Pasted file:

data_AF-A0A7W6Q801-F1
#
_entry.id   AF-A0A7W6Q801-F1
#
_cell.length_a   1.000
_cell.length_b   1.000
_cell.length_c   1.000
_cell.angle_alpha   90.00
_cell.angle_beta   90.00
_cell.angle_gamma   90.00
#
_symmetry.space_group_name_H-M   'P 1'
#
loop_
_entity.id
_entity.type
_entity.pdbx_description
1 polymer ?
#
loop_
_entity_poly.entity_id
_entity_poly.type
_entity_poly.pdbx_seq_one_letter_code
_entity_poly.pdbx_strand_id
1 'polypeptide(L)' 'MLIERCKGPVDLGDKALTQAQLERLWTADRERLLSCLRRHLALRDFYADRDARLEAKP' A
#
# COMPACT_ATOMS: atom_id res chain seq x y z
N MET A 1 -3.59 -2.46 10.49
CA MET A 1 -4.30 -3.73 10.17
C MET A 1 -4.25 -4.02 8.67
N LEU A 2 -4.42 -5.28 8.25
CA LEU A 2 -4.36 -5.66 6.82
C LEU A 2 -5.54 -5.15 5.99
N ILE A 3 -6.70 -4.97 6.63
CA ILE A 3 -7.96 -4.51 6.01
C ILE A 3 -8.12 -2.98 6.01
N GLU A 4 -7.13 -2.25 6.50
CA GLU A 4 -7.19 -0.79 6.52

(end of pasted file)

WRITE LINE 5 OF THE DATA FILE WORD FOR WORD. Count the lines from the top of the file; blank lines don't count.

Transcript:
_cell.length_a   1.000